Step 716 is entered to move the contents of row C (i.e. the vertex at the index in register C) into the left successor row currently addressed by the content in register TMP. Then step 718 is entered which places a representation of the next key (i.e. its address) into the right-successor row which has an index one greater than the current address in register TMP, i.e. TMP + 1. The result of steps 716 and 718 is shown in FIG. 5.
Then step 721 is entered to displace row C by generating the new inner vertex in row C by (1) inserting the new D-index therein, (2) generating and inserting the new invertible edge, i.e. invertible edge is generated by subtracting the current address value in register P from the current address value in register TMP i.e. m[C;EDGE] = P-TMP, (3) inserting the flag bits t0 c0 t1 c1 as t0 101 in which t0 is the t0 flag field in row P which represents the sink/inner vertex status of the left successor (i.e. displaced row C) currently addressed by register TMP, 0 indicating a sink and 1 indicating an inner vertex.
Step 620 adjusts the edge field in the vertices at rows S and S+1 if they are inner vertices. Step 620 is skipped and step 621 is directly entered if neither row S nor S+1 contains an inner vertex, i.e. both contain sinks, or both are non-existent because row TMP contains a sink. An edge field at row S and/or S+1 is adjusted by overlaying its edge field representation with a redetermined edge field representation. The redetermination for row S is done by subtracting the address in TMP from the address in register G, i.e. m[S;EDGE] = G - TMP. Similarly the edge field redetermination for row S+1 is done by subtracting the address in register H from the address in register TMP, i.e. m[S+1;EDGE] = H-TMP.
Then step 621 is entered which adds one to the content of the "#SINKS" field in the directory header row 0 to reflect the fact that the current entry is completed amd that one more key is represented by the directory generated thus far.
Then step 621 returns to step 1002 to permit the method to reiterate in order to make the insertions for any following keys in the input sequence.
The embodiment in FIGS. 13A and B is a detailed adaption of the more general method described with FIG. 12.
FIGS. 13A and 13B illustrate a detailed flow diagram embodiment entitled INS4 of the generation method invention in a form which can directly be put into the machine code for execution on any data processing machine, such as for example on the IBM S/360 Data Processing System, by a programmer skilled in the art, or put into special hardware by one skilled in the art of implementing algorithms into computer hardware.
The method INS4 is detailed in FIGS. 13A and B to automatically handle input key sequences regardless of whether they are unsorted, or sorted in ascending or descending sequence. In any case, the binary tree represented in the directory will contain the sinks in collating sequence in left list order. The sorting order is automatically provided by the insertion because: in ascending input order, a 1 bit is always found at the D-index bit position in the current key; while in descending input order, a 0 bit is always found at the D-index bit position in the current key. Steps 331 and 332 provide this automatic response as a function of the value of the D-indexed bit (i.e. BIT), so that registers ALT will contain the address of vertex C after it is moved, and register SNK will contain the address of the new sink. Register TMP contains the address of the successor pair space at the addresses in registers ALT and SNK which are the locations for the successor pair of the new inner vertex to be inserted at the original address of vertex C before it is moved. Thus for an ascending input key sequence, ALT will always have the address of a left successor and SNK will always have the address of a right successor. This is reversed for a descending input key sequence, for which SNK will always have the address of the left successor and ALT will always have the address of the right successor. For address computation, the index difference of 1 relating their positions is replaced by the length of a directory row in the addressing units of the memory m.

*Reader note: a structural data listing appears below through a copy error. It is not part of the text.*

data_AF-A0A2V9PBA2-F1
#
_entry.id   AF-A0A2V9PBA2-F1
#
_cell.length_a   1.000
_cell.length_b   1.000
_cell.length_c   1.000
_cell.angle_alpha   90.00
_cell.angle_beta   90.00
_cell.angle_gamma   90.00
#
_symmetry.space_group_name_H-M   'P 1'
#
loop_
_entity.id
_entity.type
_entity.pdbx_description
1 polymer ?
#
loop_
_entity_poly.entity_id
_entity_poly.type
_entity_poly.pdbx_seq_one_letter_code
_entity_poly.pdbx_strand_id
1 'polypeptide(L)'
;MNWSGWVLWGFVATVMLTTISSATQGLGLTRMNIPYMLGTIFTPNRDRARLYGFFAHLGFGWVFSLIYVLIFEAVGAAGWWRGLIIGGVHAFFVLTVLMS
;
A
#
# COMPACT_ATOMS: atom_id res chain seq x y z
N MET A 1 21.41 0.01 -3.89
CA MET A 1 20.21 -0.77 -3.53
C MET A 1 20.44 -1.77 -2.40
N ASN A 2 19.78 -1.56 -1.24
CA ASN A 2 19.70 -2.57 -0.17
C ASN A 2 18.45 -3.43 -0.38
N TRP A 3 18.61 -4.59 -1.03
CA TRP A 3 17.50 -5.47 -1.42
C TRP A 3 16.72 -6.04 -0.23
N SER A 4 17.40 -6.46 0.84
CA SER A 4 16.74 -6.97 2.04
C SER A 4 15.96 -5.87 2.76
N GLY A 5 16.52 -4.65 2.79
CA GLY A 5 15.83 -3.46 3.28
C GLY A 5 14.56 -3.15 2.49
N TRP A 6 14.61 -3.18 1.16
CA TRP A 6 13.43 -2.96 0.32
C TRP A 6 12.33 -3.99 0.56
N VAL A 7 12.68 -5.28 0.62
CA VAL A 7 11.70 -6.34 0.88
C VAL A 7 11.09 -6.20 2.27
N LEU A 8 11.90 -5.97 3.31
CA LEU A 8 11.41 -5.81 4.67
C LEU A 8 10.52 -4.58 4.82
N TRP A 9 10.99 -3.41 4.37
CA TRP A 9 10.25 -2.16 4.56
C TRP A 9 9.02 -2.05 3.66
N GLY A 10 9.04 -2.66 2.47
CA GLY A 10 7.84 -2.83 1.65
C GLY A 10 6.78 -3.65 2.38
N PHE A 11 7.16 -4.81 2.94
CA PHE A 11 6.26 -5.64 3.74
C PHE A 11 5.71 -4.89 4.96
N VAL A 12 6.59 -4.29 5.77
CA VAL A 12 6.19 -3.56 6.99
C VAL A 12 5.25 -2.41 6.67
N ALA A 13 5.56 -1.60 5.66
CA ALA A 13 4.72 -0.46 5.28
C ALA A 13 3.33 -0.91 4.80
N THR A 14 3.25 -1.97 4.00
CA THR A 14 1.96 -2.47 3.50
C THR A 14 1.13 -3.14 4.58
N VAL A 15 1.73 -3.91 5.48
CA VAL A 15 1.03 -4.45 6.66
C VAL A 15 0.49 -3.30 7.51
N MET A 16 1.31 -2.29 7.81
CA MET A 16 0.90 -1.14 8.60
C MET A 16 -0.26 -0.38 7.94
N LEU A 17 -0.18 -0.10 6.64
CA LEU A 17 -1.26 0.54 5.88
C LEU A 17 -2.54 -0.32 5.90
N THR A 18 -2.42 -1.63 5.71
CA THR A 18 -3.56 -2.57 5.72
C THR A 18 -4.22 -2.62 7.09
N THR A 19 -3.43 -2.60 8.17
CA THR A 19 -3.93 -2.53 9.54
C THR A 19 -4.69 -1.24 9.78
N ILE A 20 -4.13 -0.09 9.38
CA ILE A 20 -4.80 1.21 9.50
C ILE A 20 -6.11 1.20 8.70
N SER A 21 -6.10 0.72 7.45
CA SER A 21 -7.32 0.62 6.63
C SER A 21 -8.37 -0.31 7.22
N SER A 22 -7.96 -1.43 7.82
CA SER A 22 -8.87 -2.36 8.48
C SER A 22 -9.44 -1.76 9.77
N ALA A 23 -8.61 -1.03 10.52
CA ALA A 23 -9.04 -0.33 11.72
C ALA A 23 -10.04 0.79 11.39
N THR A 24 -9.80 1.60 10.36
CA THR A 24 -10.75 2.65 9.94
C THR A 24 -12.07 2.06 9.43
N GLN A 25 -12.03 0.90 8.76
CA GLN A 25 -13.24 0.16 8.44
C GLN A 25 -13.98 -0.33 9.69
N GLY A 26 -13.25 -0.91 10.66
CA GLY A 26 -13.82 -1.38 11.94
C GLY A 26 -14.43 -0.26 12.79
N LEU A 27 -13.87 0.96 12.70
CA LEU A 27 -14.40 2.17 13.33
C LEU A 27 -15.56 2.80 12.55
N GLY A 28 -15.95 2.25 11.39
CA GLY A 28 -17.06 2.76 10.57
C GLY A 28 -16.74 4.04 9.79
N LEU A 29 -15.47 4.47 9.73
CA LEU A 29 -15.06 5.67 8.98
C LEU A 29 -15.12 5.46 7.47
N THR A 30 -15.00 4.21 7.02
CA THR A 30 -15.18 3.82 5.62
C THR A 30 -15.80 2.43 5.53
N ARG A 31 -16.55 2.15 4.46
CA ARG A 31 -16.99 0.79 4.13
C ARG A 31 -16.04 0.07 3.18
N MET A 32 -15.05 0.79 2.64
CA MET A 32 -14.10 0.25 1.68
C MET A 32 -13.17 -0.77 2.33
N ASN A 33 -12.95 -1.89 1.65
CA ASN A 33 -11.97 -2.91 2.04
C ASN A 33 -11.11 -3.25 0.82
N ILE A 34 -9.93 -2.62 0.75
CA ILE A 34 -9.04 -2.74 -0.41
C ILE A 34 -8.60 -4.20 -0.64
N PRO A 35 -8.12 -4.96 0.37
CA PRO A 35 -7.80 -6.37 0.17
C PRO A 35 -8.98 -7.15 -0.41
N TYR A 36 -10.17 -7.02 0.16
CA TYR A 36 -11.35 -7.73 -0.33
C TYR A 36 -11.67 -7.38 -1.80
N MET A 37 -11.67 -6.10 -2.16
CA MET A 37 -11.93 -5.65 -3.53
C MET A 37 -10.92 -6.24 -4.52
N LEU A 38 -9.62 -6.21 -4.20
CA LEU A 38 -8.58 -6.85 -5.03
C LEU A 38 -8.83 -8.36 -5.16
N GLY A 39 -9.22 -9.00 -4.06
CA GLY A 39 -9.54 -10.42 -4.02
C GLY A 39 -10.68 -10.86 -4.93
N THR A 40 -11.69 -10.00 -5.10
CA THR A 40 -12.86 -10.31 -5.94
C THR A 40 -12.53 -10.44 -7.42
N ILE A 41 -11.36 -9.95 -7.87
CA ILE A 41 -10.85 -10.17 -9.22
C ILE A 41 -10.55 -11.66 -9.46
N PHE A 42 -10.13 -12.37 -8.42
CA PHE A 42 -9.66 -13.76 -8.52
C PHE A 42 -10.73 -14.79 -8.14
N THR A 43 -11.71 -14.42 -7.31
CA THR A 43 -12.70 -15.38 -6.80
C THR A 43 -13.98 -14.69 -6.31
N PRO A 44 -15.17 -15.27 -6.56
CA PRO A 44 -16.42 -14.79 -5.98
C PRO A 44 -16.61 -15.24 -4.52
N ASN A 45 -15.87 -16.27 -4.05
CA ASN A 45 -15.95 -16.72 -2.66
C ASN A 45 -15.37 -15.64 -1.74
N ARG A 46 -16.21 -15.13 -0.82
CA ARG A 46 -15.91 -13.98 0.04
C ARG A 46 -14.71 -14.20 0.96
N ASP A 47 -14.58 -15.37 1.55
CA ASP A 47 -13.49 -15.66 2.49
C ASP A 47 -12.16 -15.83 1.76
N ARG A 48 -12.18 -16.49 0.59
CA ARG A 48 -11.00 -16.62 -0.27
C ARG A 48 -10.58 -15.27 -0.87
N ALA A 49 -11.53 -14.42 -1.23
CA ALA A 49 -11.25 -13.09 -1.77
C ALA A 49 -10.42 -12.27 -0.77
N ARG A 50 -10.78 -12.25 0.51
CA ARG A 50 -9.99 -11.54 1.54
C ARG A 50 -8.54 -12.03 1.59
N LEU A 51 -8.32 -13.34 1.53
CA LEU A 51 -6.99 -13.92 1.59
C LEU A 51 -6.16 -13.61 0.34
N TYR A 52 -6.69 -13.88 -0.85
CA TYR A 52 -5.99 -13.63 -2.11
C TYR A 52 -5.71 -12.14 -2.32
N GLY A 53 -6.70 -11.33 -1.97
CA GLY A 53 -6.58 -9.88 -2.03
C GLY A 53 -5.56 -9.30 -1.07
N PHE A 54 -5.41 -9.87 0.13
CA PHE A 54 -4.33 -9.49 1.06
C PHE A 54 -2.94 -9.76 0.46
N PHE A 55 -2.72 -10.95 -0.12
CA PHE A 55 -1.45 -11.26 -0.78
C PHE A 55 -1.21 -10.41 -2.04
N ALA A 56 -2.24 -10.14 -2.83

The fields (or registers), which are used in FIGS. 13A and B, are shown in FIG. 8. The lettering within the fields in FIG. 8 describes the content of the respective field/register.
The functioning of the many of the steps shown in FIGS. 13A and B is represented by comments printed next to and pointing to the respective boxes shown in these FIGURES.
The functioning of the detailed method in FIGS. 13A and B is analogous to the functioning of the general flow diagram shown in FIG. 12. The functional relationship between FIG. 12 and FIGS. 13A and B is shown in the latter by providing therein statements with underlining which begins a series of steps which represent the analogous functions found in FIG. 12.